So he stood there, his hands clenched as he absorbed the surroundings once again. The sun was even higher now, and Jack didn’t think it could get any higher. He presumed it must be about midday. His clothing was beyond drenched now, and as he grabbed a section of his torn t-shirt and twisted it sweat dripped to the ground. It provided little relief to his overheated physique and no relief to his aching legs. He lifted his legs and attempted to stretch in hope of soothing some of the pain, but he did it subtly. As far as Tom knew, Jack was still at his peak, and Jack wanted to keep it that way.

He looked back at the tree not sure what to even think. It’d been so long, but he hadn’t forgotten it. He hadn’t forgotten what it represented. It was here he had failed.

Jack glanced back at Tom. He was still sitting there, still blank. But Jack couldn’t deal with that now; he had to press on. His body wanted to stop, to sit down, to rest, but he would not allow it. Not now. He had to get away from this place.

Jack started again, heading in a direction that he had yet to attempt. He only continued on for a short distance, just far enough to be out of sight of Tom. He stopped for a moment and listened for any movement. The sound of brush crunching under feet grew louder, and upon hearing it Jack proceeded onward. Where he was proceeding to he still did not know, especially now. He’d never been here before–that tree marked the edge of his past exploration, if you could even call it that.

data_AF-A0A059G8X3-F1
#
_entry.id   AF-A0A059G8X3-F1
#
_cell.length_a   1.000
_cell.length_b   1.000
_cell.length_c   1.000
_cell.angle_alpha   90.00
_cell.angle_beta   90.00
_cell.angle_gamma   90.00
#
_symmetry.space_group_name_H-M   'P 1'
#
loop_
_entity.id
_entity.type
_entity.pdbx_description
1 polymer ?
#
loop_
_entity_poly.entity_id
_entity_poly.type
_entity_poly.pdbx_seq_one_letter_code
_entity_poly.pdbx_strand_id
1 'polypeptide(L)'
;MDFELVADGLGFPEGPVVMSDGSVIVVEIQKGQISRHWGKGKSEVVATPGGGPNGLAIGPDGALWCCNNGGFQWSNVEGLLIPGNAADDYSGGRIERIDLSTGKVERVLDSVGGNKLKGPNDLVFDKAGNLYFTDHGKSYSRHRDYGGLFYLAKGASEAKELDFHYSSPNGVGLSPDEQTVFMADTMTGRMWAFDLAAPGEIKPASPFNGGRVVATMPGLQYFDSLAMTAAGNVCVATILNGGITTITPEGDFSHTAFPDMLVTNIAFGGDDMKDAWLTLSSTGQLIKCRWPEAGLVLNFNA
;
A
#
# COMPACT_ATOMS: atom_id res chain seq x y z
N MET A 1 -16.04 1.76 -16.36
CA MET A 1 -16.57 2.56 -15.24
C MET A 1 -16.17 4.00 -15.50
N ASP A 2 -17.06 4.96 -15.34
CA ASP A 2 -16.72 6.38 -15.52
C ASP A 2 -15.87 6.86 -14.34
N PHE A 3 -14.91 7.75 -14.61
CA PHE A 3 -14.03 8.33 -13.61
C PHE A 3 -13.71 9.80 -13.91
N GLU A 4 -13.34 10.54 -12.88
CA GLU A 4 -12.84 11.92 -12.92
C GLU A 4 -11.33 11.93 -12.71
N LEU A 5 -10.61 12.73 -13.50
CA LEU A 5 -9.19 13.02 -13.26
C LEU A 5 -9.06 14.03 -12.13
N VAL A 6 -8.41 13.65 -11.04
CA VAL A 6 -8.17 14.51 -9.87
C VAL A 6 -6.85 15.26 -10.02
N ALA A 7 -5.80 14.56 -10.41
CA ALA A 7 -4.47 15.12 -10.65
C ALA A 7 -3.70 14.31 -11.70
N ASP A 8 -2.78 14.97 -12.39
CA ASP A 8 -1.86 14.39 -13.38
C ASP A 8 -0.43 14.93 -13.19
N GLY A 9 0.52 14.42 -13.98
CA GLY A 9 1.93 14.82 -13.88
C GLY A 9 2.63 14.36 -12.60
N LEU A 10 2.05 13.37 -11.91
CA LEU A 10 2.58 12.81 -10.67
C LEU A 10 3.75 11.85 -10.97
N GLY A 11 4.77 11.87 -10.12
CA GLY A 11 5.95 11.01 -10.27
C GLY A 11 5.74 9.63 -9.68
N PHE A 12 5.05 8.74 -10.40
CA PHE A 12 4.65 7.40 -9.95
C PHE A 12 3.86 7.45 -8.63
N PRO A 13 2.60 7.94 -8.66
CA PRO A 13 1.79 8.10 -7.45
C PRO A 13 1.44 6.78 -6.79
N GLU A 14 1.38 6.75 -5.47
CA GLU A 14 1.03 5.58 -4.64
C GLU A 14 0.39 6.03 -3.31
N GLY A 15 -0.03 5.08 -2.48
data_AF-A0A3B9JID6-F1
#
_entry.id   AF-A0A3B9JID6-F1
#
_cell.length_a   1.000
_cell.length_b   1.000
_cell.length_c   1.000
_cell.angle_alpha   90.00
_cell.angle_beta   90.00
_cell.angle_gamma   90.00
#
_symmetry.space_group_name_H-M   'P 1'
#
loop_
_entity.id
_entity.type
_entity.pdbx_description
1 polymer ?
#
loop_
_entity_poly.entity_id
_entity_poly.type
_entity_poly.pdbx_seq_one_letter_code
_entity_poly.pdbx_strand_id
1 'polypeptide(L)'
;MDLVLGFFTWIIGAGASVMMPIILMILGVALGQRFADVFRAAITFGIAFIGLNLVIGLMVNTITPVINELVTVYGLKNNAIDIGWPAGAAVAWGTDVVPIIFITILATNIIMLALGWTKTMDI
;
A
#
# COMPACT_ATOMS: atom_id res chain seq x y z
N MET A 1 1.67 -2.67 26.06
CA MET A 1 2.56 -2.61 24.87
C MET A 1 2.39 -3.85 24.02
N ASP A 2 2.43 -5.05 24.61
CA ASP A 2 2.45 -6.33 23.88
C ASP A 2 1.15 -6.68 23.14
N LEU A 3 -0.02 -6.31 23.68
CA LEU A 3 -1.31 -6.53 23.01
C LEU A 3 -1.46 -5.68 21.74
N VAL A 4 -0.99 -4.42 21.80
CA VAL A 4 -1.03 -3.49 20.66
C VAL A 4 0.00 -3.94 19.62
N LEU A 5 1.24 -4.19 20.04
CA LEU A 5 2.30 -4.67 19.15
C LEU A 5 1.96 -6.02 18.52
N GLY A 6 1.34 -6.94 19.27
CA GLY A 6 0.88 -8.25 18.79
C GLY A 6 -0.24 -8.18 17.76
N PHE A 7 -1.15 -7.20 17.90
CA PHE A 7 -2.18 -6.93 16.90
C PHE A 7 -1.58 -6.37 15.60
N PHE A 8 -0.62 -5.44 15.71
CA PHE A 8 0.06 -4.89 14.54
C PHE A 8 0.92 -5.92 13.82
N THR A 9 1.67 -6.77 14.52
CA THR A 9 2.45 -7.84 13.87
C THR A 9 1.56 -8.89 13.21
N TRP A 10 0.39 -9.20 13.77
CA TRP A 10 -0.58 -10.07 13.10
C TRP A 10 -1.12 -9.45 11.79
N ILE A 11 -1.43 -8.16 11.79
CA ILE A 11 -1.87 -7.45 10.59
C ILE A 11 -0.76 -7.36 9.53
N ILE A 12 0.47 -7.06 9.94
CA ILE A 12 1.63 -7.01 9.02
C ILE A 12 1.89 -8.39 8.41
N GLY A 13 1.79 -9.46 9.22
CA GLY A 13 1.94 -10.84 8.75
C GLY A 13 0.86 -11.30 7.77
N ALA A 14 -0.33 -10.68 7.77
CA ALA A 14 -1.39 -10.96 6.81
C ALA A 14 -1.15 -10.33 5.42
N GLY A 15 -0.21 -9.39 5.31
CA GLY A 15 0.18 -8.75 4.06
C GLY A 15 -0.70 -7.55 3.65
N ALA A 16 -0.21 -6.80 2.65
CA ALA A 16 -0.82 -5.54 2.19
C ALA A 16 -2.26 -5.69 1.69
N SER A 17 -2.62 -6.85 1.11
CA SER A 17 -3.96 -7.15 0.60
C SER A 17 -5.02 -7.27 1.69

His anger had started to cool, and he was once again aware of the fear. What was it that he feared? Perhaps it was that he had no idea where he was; perhaps it was that he had no idea where he was going. Perhaps that he might fail once again, or, perhaps, that Tom and the others might realize it.

Tom was catching up, and he called up to Jack. “Weird tree, huh?”


“Wish I had brought a camera.”

“You won’t forget it.”

“You never know. We’ll have to tell the others about it.”

Jack felt his stomach turn. “I’m sure there’s lots of weird trees out here; they wouldn’t want to hear about it.” Of course they would, but not because of its artistic value. They remembered it, too; Jack was sure of that.

“Well it’s the first like it that I’ve seen, and you sure seemed interested in it.”

Jack faltered for a second. “What?”

“What’s it mean to you, Jack?”

“What does what mean to me.”

“The tree, Jack, the tree.”

Jack didn’t answer. What did it mean? It meant failure. It meant complete realization that he had no idea where he was. It meant that no matter what he did next or where he went, it was hopeless.